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The budget smartphone space is becoming a little universe on its own. A lot is going on in the space: competition, innovations, deals, and new releases almost on a weekly basis; pretty much everything that’s happening with high-end smartphones. The budget smartphones might be without the lights and explosions of the high-enders, nevertheless, great things are happening.
Cellular moguls MTN, Vodacom, retailing giants Edcon, and industry giants like Samsung, LG, and Microsoft have released low end smartphones in the past few months.
The latest device on our table comes from Vodacom in the form of the (Vodacom) Vodafone Smart 4 Turbo, launched earlier in February this year. It is not the first Vodacom budget smartphone though. Last year, Vodacom launched the tiny but brilliant Vodacom Smart Kicka.
The phone’s screen size sits at 4.5-inches with just 854×480 pixels, which for video playback is not good enough. Considering that most smartphone offer HD playback, this is one feature that might put off potential buyers. The screen feels smooth to touch and navigating is a breeze.
The phone runs Android 4.4.2 KitKat. Vodacom has given the interface a few tweaks, which are not major. What is noticeable is Vodacom’s attempt to assimilate its low end smartphone with exclusivity does not add anything to the phone. The phone comes with many potential good features that are only accessible when using a Vodacom SIM card (as one would expect). Even the simple features from Vodacom require an internet connection, which for the target market the phone is aimed at is a baffling decision.
The 1880mAh battery is not large but it did last for 24 hours, though without straining the device too often. The Vodafone Smart 4 Turbo also features a quad-core processor clocked at 1.2GHz and backed by 1GB of RAM. There’s 4GB of internal storage available which after loading apps, had a mere 2GB but the phone can take microSD, up to 32 GB.
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Hard and soft design
The phone feels good and sturdy enough but it is also feels granite hard. Two components make up its design, shiny front and sides and then a different shade of black on the back cover.
The hard edges of the front of the phone are cut higher than the face of the phone so when you are on the phone, for more than a minute, the hard outline of the phone slightly hurts your ears.
The phone’s UI is unintuitive which makes finding anything more difficult than it should be. Finding the messenger or that magical button displaying all open windows is accomplished using a combination of trial and error and guesswork. It is a long press of the review button as opposed to the popular one press. Dismissing the opened windows is a bit tricky too, in fact, through my use of it, the feature completely eluded me.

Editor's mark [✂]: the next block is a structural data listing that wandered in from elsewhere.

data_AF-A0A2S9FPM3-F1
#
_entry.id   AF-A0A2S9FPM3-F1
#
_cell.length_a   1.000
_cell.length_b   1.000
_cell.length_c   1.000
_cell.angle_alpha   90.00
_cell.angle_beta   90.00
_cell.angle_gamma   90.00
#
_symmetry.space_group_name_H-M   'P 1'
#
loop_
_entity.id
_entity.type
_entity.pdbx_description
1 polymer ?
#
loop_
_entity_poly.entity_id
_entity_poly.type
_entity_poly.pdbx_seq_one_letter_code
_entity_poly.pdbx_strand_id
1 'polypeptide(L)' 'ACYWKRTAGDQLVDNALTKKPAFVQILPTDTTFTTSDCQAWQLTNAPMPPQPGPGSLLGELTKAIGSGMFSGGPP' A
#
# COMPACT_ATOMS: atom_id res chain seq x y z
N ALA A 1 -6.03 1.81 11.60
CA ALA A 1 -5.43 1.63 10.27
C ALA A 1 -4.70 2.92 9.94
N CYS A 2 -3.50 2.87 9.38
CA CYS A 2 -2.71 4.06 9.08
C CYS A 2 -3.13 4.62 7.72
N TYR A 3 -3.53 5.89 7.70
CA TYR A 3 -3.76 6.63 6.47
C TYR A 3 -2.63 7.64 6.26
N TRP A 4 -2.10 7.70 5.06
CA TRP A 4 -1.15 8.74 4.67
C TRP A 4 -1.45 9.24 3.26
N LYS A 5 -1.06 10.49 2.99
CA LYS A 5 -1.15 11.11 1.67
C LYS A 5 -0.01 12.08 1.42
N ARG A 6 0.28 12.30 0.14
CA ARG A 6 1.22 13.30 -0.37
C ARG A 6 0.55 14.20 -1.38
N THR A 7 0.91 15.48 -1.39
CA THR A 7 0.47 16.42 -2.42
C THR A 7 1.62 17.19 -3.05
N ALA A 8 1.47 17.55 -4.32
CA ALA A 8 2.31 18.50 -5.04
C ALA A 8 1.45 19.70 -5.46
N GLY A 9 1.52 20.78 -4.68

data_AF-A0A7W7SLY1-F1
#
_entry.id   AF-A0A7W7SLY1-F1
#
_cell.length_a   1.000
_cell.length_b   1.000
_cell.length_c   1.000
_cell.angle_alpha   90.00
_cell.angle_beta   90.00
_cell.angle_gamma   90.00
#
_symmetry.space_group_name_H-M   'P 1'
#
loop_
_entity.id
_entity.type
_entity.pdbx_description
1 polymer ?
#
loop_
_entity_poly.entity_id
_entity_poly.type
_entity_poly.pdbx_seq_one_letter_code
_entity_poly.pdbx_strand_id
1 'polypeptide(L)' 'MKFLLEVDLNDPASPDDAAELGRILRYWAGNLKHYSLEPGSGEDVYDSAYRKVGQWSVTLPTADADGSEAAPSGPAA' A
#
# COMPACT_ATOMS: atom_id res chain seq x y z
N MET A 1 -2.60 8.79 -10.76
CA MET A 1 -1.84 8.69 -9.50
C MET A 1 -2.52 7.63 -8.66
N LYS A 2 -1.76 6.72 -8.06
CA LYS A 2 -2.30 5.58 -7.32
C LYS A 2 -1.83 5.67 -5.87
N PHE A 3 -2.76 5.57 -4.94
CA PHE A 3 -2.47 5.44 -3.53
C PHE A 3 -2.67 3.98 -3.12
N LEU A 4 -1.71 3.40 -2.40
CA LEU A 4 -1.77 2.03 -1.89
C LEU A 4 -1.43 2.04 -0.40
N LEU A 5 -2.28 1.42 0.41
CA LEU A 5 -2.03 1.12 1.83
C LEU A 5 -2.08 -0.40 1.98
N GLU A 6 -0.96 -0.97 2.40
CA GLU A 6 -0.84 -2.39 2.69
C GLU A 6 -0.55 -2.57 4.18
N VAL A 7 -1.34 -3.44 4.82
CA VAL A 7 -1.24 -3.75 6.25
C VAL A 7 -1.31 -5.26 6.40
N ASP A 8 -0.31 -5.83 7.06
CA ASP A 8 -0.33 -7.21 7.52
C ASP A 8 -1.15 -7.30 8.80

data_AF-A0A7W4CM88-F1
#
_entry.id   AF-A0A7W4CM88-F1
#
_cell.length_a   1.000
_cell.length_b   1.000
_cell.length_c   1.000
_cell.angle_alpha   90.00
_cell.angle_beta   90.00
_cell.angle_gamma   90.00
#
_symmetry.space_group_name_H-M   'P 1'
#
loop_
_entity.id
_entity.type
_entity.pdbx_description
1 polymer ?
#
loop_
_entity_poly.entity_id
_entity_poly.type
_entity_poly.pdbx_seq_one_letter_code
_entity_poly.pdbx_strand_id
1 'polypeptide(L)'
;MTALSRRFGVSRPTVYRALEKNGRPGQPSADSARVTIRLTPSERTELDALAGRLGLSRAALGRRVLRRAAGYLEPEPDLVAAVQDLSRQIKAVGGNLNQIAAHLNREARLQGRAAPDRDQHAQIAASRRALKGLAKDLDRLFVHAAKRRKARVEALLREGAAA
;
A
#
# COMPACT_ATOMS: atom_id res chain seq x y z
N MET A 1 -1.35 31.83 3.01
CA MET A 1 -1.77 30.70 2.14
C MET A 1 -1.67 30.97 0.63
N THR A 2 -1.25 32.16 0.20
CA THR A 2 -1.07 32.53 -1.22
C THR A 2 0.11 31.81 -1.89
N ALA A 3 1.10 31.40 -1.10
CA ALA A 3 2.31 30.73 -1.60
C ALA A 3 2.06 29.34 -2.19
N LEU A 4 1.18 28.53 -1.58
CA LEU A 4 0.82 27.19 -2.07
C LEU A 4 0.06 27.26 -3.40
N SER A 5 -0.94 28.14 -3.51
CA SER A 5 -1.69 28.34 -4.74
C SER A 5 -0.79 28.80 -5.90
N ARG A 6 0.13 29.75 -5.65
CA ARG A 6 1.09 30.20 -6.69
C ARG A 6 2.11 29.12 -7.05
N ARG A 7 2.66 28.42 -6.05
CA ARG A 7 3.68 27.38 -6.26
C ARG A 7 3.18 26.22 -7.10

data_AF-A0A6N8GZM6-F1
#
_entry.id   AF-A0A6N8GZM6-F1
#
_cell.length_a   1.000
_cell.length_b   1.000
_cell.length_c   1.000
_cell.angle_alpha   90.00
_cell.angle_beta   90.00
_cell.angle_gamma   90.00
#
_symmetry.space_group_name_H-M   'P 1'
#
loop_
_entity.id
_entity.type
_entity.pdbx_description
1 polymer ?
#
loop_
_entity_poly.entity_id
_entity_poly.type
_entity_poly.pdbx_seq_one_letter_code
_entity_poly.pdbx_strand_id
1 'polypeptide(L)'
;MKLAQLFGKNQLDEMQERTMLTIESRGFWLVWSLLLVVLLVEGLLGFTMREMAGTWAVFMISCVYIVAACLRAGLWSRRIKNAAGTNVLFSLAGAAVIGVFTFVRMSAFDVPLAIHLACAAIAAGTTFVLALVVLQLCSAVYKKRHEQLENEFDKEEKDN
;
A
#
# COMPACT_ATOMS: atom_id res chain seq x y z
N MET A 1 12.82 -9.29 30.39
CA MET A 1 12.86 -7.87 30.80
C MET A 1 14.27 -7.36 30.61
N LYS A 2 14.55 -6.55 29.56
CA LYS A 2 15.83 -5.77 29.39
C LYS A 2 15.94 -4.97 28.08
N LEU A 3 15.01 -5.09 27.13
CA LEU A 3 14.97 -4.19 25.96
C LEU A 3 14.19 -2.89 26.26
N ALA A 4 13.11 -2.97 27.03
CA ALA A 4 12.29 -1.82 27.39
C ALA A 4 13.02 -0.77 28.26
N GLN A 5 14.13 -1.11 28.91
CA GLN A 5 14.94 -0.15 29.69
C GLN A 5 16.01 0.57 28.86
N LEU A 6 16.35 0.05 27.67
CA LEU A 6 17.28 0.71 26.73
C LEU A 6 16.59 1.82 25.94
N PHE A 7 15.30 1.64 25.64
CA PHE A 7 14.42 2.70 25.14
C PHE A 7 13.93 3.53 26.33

Trying to figure out how to send text messages is another struggle. Again the one that is clearly visible is only for Vodacom users, dubbed Message+. The only app that can be used is Hangouts.
Another unusual decision is fitting the microUSB power/sync port on the top rather than the bottom. The headphone jack is also on top. Contacts are called “People,” which is offensive if your dog happens to have a smartphone. None of these features add anything to the phone’s appeal above other low end smartphones.
There is no visible shortcut for setting your sound settings either. You have to actually change the volume every time you want it to switch to silent or vibrate mode. You cannot customise by setting different settings for each app which is puzzling to say the least.
Credit where its due, the phone’s default keyboard is really good though. Smartphones often suffer from sketchy keyboards, when they either resist appearing or forgetting words used on it.
The phone is perfect for browsing the internet, with its LTE-capabilities labeled as the chief selling point of this phone. Web pages load fast as a result, but is this really a reason to purchase a phone? I don’t quite think so.
Its 5MP camera features autofocus and flash. The quality of images is terrible, certainly not a phone built for photographs. With a 5MP camera, the manufactures where not intending it to be one, I am sure. The autofocus is unreliable, focusing when it feels like it and not focusing at all when it has something better to do.
The front is a simple VGA camera. In the world where selfies have become an art form, the VGA camera will not inspire any selfie artist to use it.
Strangely enough, there seemed to have been a lopsided approach to the phone’s photography repertoire. Though the camera is terrible, its editing filters are impressive. One that really impressed me was the ability to control two different temperatures on the same image without it looking rather cheesy and cheap. Great for a budget device.
Value and price
For R1499, you’ll have to think long and hard about what you really want in a smartphone. For this price, I’d personally shy away from the Vodafone Smart 4 Turbo. The competition in this sector of the market is fierce, and for a few bucks more, you’ll be gazing into the lower-midrange, a sector that offers slightly better value for money.
Verdict: The Vodafone Smart 4 Turbo is not a smartphone for selfies or photographs. It is perfect for internet and of course the pocket. Because pages load fast, it is great for social media, its only hindrance is that you can only look at other people’s amazing photos and not be able to take them with the phone. The UI is a mess too and you’re pretty much forced to use a Vodacom SIM, but with that said, there are positives, just not enough to warrant its R1499 price tag.